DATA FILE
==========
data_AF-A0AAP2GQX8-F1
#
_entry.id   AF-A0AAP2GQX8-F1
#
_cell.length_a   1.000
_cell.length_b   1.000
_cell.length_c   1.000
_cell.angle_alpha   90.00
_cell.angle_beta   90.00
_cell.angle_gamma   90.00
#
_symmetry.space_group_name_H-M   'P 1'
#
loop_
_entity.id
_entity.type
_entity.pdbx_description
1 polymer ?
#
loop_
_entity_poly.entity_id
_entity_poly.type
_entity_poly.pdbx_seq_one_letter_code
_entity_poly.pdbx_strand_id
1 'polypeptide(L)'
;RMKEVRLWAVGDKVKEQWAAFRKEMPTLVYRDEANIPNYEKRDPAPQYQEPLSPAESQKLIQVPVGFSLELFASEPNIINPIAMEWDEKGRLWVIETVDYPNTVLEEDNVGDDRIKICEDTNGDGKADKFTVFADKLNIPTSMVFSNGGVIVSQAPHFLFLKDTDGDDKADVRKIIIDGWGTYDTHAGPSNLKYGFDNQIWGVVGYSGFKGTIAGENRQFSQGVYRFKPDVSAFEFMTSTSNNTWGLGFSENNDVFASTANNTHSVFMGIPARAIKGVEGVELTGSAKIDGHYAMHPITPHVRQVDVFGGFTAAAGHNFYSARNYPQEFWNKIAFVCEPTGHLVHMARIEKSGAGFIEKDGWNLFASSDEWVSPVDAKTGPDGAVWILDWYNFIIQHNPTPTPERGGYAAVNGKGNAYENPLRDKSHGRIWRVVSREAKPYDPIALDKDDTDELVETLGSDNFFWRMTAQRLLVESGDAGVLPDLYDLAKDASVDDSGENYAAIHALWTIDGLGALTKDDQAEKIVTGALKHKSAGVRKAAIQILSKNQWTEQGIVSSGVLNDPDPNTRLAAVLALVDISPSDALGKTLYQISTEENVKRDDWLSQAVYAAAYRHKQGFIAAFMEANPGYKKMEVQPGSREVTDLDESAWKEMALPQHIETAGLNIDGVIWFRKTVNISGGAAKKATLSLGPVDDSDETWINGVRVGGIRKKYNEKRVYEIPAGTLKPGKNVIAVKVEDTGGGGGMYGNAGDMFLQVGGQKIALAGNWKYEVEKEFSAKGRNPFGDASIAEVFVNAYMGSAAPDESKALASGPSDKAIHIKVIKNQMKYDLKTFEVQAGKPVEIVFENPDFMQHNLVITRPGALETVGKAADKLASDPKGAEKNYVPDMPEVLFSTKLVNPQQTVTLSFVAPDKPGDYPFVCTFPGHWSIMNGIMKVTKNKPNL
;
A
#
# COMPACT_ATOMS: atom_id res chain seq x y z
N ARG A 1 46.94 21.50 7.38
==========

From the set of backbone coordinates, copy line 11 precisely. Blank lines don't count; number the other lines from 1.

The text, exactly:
#